EPA Revised Health Advisory Levels
On June 15, the U.S. Environmental Protection Agency (EPA) announced that it has revised the Health Advisory levels for four specific PFAS compounds. The new Health Advisory levels are set near zero and are undetectable by modern laboratory methods at this time. Current laboratory methods can only reliably detect down to 4 parts per trillion (ppt) for most compounds. The prior Health Advisory level was set at 70 ppt.
The EPA, in its announcement indicated, “the new health advisories provide technical information that federal, state, and local agencies can use to inform actions to address PFAS in drinking water, including water quality monitoring, optimization of existing technologies that reduce PFAS, and strategies to reduce exposure to these substances.” Nowhere in the report did the EPA suggest that your tap water is unsafe or unable to be consumed.
In 2019, the State Water Resources Control Board (State Board) set a drinking water notification level for PFOA (5.1 ppt) and PFOS (6.5 ppt). If exceeded, water providers must notify their governing bodies, and the State Board recommends they inform customers.
Beginning in 2019, SJW voluntarily and proactively monitored all of our wells for PFAS. This comprehensive testing of our water system showed that none of SJW’s water sources exceeded the CA response level. Ten wells were found to have PFAS levels at or near the notification level of 6.5 ppt and were promptly removed from service. Customers who were impacted by these wells were notified by letter in 2019. SJW is in the process of evaluating the best available treatment technologies to remove PFOS from the water served by these wells.
- SJW has been carefully monitoring the regulation of PFAS at the federal and state level. Sampling shows that SJW water sources are consistently below the CA response levels of 10 ppt for PFOA and 40 ppt for PFOs in all water sources.
- SJW is concerned with any potential risks to safe drinking water and is committed to protecting public health.
- SJW continues to test all wells for PFAS compounds at least annually, but in many cases quarterly. The results of our testing in 2021 can be found in our water quality report at: www.sjwater.com/ccr.
- Based on the new guidelines, SJW is working to identify potentially impacted wells and expects additional direction from the EPA and the State Water Resources Control Board on new Health Advisory levels, testing, and potential treatments.
- SJW will continue to update customers on PFAS, and our plans to maintain compliance with all state and federal water quality standards.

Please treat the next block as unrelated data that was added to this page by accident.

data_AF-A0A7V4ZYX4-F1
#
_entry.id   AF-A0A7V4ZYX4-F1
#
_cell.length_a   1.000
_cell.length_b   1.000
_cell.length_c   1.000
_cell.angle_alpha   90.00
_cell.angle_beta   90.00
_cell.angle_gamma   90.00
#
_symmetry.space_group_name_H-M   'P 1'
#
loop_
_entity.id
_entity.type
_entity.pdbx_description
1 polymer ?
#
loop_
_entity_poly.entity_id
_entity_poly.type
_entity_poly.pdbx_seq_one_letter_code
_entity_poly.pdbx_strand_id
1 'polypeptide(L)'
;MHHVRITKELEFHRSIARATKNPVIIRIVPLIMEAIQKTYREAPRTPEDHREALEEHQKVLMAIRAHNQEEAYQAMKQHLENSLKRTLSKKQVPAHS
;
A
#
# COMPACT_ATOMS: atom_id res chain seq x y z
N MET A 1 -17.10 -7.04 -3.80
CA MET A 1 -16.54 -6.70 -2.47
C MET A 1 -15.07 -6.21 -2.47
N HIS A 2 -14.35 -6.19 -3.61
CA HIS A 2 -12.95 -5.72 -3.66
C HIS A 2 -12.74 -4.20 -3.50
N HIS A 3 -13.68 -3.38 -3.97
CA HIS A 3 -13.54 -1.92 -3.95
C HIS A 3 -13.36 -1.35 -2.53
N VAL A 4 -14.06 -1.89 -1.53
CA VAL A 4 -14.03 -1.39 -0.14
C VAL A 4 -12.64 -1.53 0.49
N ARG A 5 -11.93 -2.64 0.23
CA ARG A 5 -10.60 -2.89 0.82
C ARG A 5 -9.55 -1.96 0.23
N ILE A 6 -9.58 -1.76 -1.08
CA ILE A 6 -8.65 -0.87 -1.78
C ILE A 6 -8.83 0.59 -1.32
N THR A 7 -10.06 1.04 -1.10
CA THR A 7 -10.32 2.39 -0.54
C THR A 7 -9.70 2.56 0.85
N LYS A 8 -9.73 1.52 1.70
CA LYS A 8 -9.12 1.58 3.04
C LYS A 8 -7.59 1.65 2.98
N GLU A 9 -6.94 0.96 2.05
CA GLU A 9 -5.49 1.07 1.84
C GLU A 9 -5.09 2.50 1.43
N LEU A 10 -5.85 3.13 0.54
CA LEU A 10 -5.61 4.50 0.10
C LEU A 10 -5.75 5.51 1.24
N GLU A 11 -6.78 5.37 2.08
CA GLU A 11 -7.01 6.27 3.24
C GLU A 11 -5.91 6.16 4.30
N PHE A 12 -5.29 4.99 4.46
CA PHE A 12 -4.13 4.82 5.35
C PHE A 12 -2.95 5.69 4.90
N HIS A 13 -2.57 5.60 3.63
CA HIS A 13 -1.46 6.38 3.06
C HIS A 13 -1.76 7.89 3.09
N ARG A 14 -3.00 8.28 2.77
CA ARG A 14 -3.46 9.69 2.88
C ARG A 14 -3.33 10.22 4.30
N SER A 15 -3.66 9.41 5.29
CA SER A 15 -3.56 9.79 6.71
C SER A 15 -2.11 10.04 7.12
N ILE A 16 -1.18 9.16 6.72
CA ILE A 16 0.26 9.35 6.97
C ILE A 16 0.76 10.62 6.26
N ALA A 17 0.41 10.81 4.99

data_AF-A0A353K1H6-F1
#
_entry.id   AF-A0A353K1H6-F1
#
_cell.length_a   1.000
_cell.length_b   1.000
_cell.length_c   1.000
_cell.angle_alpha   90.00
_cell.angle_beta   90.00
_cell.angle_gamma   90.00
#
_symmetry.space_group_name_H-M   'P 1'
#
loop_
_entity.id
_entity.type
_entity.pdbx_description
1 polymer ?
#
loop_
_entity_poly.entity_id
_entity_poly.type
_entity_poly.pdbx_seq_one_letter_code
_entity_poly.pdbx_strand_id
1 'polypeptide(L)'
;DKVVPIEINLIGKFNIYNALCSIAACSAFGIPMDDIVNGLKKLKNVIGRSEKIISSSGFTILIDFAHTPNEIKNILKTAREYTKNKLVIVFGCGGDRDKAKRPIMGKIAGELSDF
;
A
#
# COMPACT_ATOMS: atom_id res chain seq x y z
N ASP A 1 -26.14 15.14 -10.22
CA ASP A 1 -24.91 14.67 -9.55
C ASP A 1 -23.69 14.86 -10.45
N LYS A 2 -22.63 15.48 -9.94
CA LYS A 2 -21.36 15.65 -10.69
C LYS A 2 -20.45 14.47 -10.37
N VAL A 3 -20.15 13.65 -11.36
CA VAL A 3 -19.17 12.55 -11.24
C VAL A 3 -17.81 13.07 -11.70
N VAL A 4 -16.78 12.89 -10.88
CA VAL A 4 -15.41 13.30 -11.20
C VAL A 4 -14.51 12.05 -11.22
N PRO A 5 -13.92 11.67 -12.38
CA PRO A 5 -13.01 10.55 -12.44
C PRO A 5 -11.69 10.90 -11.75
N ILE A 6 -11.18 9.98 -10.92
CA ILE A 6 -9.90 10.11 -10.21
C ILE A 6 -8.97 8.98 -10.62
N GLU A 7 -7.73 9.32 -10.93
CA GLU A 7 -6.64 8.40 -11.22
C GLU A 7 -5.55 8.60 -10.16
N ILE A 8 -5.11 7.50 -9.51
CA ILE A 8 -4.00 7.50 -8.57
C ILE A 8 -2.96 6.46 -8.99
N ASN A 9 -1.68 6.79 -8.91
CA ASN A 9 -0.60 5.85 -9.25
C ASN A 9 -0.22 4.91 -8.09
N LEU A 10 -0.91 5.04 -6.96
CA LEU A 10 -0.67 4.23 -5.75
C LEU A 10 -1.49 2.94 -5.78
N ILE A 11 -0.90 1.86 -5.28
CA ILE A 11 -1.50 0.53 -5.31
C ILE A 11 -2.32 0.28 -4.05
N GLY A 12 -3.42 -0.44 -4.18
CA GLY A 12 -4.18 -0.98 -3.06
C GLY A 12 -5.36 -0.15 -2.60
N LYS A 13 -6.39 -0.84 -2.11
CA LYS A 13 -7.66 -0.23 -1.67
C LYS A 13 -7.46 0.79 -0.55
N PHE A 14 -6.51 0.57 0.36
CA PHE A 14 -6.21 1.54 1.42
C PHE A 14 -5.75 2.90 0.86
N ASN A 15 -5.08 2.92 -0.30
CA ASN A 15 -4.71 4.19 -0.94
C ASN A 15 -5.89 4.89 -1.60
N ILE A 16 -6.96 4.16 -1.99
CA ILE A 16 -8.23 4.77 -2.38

What is a Health Advisory?
Drinking water health advisories provide information on contaminants that can cause human health effects and are known or anticipated to occur in drinking water. EPA's health advisories are non-enforceable and non-regulatory. They provide technical information to state agencies and other public health officials on health effects, analytical methods, and treatment technologies associated with drinking water contamination.
The EPA health advisories are very conservative, based on a lifetime exposure to PFAS in drinking water. The advisories account for sensitive populations and potential PFAS sources beyond drinking water (like food, air, and consumer products) to provide an additional margin of safety.
What are PFAS?
PFAS are a group of manufactured chemicals that have been used in industry and consumer products since the 1940s. There are thousands of different PFAS, some of which have been more widely used and studied than others. One common concern is that PFAS generally break down very slowly, meaning that concentrations can accumulate in people, animals, and the environment over time.
Water agencies did not manufacture PFAS or release them into the environment but must address PFAS when they are found in their water supplies.
What are the sources of PFAS?
People are exposed to PFOS and PFOA through food, food packaging, consumer products, house dust, and drinking water. Exposure through drinking water has become an increasing concern due to the tendency of PFAS to accumulate in groundwater.
What does parts per trillion mean?
Parts per trillion (ppt) is a unit of measurement. One ppt corresponds to a single penny in $10,000,000,000 or one minute in 1.9 million years.